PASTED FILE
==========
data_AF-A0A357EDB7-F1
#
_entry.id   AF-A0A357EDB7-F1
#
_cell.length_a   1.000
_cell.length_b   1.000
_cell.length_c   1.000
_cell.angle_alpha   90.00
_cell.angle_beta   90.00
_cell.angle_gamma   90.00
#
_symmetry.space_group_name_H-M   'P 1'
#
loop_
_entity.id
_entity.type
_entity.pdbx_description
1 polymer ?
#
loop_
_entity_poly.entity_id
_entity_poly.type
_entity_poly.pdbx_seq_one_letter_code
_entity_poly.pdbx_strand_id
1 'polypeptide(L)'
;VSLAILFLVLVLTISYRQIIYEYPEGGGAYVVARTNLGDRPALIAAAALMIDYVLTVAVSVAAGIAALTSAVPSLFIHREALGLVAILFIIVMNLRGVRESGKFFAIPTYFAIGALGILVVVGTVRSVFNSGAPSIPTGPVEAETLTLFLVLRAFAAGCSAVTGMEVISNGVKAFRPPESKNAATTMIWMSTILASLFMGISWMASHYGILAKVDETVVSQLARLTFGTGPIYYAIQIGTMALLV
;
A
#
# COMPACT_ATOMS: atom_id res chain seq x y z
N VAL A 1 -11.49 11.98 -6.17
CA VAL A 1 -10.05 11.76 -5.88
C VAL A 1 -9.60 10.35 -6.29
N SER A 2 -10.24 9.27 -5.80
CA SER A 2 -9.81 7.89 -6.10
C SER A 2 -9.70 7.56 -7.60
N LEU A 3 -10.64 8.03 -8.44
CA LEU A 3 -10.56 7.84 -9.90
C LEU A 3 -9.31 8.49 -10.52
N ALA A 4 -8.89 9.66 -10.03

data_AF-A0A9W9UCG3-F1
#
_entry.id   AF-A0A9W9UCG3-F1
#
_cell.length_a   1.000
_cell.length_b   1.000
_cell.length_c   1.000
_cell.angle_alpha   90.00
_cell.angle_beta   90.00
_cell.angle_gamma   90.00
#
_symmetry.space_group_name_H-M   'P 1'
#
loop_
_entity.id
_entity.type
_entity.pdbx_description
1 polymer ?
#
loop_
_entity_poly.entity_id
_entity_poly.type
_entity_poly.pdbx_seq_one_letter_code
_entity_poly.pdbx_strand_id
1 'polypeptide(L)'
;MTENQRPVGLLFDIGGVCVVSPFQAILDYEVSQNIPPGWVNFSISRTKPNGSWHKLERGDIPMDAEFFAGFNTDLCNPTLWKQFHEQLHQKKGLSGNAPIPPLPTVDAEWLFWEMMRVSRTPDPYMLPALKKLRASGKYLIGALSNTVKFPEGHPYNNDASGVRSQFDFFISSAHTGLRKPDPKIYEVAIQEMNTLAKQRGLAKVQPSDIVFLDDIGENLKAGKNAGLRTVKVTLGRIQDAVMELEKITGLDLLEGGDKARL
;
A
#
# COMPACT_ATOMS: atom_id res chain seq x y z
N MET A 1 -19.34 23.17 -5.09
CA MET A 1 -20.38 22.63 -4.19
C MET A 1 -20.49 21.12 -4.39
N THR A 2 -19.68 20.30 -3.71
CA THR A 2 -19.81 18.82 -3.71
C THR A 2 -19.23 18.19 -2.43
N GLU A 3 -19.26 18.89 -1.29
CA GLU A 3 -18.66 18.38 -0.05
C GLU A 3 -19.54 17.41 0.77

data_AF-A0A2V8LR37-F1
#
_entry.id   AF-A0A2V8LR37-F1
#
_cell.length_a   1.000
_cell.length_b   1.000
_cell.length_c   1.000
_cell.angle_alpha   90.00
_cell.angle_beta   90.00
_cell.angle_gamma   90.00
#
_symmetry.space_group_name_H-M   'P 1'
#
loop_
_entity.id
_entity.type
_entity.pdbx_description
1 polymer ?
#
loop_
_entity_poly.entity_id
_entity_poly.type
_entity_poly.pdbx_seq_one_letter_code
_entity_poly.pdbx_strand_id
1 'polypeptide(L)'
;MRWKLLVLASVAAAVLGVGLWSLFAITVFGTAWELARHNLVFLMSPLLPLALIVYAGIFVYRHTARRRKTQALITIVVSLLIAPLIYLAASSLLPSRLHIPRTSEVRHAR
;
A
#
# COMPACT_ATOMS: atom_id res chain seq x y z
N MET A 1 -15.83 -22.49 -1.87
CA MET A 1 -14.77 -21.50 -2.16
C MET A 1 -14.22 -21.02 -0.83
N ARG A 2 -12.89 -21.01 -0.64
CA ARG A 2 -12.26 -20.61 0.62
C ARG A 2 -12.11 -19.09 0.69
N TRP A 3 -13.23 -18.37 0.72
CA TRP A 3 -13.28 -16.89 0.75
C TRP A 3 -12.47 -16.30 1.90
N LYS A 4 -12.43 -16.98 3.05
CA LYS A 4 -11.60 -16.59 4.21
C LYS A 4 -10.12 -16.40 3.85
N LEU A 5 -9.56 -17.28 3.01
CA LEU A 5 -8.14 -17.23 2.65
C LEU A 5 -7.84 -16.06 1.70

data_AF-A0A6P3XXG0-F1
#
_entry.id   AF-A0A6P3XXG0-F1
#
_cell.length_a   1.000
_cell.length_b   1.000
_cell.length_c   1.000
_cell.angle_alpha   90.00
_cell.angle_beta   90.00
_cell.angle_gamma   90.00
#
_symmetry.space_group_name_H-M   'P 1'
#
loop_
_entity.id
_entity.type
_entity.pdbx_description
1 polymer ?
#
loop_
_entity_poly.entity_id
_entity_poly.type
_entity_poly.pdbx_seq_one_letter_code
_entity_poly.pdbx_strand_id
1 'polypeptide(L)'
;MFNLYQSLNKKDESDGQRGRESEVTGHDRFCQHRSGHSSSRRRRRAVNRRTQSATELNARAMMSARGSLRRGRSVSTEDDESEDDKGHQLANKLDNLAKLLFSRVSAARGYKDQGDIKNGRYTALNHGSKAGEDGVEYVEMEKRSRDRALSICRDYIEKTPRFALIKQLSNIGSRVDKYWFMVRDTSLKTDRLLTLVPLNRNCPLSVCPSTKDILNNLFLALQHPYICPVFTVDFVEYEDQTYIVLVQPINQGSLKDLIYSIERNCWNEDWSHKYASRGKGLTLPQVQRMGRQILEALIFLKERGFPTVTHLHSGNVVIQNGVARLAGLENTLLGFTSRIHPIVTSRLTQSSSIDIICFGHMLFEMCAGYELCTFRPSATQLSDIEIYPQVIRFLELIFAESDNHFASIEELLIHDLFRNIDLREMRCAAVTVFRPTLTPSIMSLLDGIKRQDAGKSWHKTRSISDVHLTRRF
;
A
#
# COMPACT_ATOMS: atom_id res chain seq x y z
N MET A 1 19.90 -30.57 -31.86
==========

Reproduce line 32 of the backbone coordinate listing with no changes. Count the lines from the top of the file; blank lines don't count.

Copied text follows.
CA VAL A 1 -10.05 11.76 -5.88